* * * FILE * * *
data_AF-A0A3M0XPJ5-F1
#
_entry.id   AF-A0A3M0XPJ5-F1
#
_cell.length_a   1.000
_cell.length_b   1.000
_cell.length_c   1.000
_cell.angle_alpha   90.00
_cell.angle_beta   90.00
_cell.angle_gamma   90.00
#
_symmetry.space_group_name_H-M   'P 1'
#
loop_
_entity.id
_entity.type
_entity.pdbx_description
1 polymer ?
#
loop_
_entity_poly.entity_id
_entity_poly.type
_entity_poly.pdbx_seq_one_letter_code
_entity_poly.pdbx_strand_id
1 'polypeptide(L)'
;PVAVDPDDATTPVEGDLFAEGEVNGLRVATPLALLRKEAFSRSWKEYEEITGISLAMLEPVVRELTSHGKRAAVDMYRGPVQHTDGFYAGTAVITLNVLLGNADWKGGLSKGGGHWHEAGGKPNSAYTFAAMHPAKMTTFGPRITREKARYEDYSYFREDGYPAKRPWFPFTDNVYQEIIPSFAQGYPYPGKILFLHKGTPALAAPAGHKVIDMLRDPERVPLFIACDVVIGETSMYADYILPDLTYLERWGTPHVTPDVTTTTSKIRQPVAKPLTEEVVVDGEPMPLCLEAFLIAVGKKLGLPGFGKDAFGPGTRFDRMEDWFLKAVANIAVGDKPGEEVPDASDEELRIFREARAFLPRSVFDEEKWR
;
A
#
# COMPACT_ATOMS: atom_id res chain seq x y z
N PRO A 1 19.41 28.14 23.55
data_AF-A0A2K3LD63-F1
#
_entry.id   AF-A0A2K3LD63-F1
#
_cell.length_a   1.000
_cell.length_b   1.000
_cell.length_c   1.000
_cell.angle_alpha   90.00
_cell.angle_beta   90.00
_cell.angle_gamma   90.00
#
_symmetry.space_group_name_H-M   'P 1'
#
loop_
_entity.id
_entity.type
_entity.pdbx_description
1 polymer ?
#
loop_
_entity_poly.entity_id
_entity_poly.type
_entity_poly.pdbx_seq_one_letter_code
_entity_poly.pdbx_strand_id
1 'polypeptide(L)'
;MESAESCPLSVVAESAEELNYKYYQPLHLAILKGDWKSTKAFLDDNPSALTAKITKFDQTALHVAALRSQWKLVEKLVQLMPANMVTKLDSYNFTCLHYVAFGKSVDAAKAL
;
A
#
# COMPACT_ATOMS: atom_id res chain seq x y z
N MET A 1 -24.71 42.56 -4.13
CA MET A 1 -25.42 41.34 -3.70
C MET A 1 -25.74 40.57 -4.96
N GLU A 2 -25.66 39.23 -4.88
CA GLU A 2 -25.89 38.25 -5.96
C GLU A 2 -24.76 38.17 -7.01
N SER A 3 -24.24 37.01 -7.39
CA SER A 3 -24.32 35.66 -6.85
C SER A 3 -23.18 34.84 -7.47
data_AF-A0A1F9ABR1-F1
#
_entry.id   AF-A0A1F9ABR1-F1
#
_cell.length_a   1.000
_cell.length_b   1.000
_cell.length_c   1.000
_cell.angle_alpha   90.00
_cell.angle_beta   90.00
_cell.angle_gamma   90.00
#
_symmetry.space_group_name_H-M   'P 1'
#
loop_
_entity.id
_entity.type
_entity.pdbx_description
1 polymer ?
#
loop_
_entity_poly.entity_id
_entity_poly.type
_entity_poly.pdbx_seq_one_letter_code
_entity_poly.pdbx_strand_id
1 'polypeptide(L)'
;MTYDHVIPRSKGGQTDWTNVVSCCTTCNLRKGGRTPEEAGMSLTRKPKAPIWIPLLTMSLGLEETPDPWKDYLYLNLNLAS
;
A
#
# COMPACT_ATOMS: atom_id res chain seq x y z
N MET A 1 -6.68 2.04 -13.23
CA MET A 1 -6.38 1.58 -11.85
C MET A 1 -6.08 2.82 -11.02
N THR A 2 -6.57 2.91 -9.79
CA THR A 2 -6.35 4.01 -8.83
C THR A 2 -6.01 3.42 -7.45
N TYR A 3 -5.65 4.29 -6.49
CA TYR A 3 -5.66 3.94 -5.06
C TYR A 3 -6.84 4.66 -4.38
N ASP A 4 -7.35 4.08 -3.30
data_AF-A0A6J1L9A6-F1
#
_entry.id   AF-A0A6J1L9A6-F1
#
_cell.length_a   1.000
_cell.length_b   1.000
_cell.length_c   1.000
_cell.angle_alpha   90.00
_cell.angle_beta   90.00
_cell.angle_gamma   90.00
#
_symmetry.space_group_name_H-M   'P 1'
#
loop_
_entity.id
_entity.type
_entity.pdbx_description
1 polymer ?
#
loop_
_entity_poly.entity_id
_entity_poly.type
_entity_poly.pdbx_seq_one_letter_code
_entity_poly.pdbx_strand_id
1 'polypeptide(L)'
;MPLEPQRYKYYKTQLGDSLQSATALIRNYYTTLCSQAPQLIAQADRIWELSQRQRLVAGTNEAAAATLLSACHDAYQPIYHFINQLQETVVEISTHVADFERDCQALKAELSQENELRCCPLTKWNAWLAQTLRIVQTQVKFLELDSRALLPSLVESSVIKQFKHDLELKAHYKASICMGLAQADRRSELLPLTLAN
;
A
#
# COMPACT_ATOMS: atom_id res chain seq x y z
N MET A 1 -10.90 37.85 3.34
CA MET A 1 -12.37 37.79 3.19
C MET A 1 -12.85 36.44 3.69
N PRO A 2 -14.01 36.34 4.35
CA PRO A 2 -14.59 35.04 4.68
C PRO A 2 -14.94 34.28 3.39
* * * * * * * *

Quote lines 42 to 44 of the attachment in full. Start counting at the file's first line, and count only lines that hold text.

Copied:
#
_symmetry.space_group_name_H-M   'P 1'
#